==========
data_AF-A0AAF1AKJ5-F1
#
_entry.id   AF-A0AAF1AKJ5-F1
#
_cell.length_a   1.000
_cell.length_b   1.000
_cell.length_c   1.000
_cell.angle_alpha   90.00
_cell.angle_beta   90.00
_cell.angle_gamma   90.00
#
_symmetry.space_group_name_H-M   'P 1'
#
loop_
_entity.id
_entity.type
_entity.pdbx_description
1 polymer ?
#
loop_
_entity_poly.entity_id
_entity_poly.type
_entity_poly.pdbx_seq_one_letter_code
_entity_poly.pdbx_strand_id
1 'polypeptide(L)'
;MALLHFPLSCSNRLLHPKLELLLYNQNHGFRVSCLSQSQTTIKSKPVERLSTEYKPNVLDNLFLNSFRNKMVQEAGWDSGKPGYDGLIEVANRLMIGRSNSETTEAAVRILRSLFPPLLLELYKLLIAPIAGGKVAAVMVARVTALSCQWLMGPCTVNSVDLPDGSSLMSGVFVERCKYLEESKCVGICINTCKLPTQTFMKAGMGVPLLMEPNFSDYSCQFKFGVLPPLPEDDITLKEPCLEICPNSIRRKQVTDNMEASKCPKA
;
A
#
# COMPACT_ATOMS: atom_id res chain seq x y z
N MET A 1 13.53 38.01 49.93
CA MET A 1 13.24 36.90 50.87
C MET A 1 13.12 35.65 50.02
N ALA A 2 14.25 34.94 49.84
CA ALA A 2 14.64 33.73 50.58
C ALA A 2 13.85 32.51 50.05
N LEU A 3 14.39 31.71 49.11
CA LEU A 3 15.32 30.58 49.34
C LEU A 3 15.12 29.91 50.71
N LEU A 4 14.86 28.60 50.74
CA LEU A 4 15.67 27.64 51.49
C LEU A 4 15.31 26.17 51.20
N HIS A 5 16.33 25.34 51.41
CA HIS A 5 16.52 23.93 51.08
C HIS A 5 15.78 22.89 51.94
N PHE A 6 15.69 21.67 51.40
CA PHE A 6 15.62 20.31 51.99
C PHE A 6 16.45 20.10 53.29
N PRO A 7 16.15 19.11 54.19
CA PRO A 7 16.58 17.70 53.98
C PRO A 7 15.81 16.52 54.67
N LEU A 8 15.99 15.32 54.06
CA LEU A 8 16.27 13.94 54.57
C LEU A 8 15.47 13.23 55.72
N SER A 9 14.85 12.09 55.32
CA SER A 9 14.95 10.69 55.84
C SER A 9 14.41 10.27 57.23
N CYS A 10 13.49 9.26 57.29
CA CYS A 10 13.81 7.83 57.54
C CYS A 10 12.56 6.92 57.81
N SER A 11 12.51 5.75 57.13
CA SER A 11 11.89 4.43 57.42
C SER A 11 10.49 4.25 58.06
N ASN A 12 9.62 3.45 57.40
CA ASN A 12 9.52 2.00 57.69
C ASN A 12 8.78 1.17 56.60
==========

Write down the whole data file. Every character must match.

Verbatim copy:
data_AF-A0AAF1AKJ5-F1
#
_entry.id   AF-A0AAF1AKJ5-F1
#
_cell.length_a   1.000
_cell.length_b   1.000
_cell.length_c   1.000
_cell.angle_alpha   90.00
_cell.angle_beta   90.00
_cell.angle_gamma   90.00
#
_symmetry.space_group_name_H-M   'P 1'
#
loop_
_entity.id
_entity.type
_entity.pdbx_description
1 polymer ?
#
loop_
_entity_poly.entity_id
_entity_poly.type
_entity_poly.pdbx_seq_one_letter_code
_entity_poly.pdbx_strand_id
1 'polypeptide(L)'
;MALLHFPLSCSNRLLHPKLELLLYNQNHGFRVSCLSQSQTTIKSKPVERLSTEYKPNVLDNLFLNSFRNKMVQEAGWDSGKPGYDGLIEVANRLMIGRSNSETTEAAVRILRSLFPPLLLELYKLLIAPIAGGKVAAVMVARVTALSCQWLMGPCTVNSVDLPDGSSLMSGVFVERCKYLEESKCVGICINTCKLPTQTFMKAGMGVPLLMEPNFSDYSCQFKFGVLPPLPEDDITLKEPCLEICPNSIRRKQVTDNMEASKCPKA
;
A
#
# COMPACT_ATOMS: atom_id res chain seq x y z
N MET A 1 13.53 38.01 49.93
CA MET A 1 13.24 36.90 50.87
C MET A 1 13.12 35.65 50.02
N ALA A 2 14.25 34.94 49.84
CA ALA A 2 14.64 33.73 50.58
C ALA A 2 13.85 32.51 50.05
N LEU A 3 14.39 31.71 49.11
CA LEU A 3 15.32 30.58 49.34
C LEU A 3 15.12 29.91 50.71
N LEU A 4 14.86 28.60 50.74
CA LEU A 4 15.67 27.64 51.49
C LEU A 4 15.31 26.17 51.20
N HIS A 5 16.33 25.34 51.41
CA HIS A 5 16.52 23.93 51.08
C HIS A 5 15.78 22.89 51.94
N PHE A 6 15.69 21.67 51.40
CA PHE A 6 15.62 20.31 51.99
C PHE A 6 16.45 20.10 53.29
N PRO A 7 16.15 19.11 54.19
CA PRO A 7 16.58 17.70 53.98
C PRO A 7 15.81 16.52 54.67
N LEU A 8 15.99 15.32 54.06
CA LEU A 8 16.27 13.94 54.57
C LEU A 8 15.47 13.23 55.72
N SER A 9 14.85 12.09 55.32
CA SER A 9 14.95 10.69 55.84
C SER A 9 14.41 10.27 57.23
N CYS A 10 13.49 9.26 57.29
CA CYS A 10 13.81 7.83 57.54
C CYS A 10 12.56 6.92 57.81
N SER A 11 12.51 5.75 57.13
CA SER A 11 11.89 4.43 57.42
C SER A 11 10.49 4.25 58.06
N ASN A 12 9.62 3.45 57.40
CA ASN A 12 9.52 2.00 57.69
C ASN A 12 8.78 1.17 56.60